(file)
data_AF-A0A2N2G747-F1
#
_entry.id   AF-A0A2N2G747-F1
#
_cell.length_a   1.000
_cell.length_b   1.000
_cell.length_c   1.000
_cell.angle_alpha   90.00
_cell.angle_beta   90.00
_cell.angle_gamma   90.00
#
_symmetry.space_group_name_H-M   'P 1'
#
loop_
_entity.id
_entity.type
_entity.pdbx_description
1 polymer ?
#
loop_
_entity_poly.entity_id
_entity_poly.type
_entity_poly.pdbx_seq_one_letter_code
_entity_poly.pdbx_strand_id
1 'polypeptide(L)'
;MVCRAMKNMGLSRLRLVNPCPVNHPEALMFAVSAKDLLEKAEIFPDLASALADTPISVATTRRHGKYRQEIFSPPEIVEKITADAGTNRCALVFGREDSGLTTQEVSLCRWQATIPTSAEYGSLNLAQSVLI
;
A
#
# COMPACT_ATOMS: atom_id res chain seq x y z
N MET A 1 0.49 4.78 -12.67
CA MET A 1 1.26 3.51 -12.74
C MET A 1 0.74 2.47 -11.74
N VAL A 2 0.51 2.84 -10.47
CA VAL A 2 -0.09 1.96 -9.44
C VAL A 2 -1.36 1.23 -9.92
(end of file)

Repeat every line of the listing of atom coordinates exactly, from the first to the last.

data_AF-A0A2N2G747-F1
#
_entry.id   AF-A0A2N2G747-F1
#
_cell.length_a   1.000
_cell.length_b   1.000
_cell.length_c   1.000
_cell.angle_alpha   90.00
_cell.angle_beta   90.00
_cell.angle_gamma   90.00
#
_symmetry.space_group_name_H-M   'P 1'
#
loop_
_entity.id
_entity.type
_entity.pdbx_description
1 polymer ?
#
loop_
_entity_poly.entity_id
_entity_poly.type
_entity_poly.pdbx_seq_one_letter_code
_entity_poly.pdbx_strand_id
1 'polypeptide(L)'
;MVCRAMKNMGLSRLRLVNPCPVNHPEALMFAVSAKDLLEKAEIFPDLASALADTPISVATTRRHGKYRQEIFSPPEIVEKITADAGTNRCALVFGREDSGLTTQEVSLCRWQATIPTSAEYGSLNLAQSVLI
;
A
#
# COMPACT_ATOMS: atom_id res chain seq x y z
N MET A 1 0.49 4.78 -12.67
CA MET A 1 1.26 3.51 -12.74
C MET A 1 0.74 2.47 -11.74
N VAL A 2 0.51 2.84 -10.47
CA VAL A 2 -0.09 1.96 -9.44
C VAL A 2 -1.36 1.23 -9.92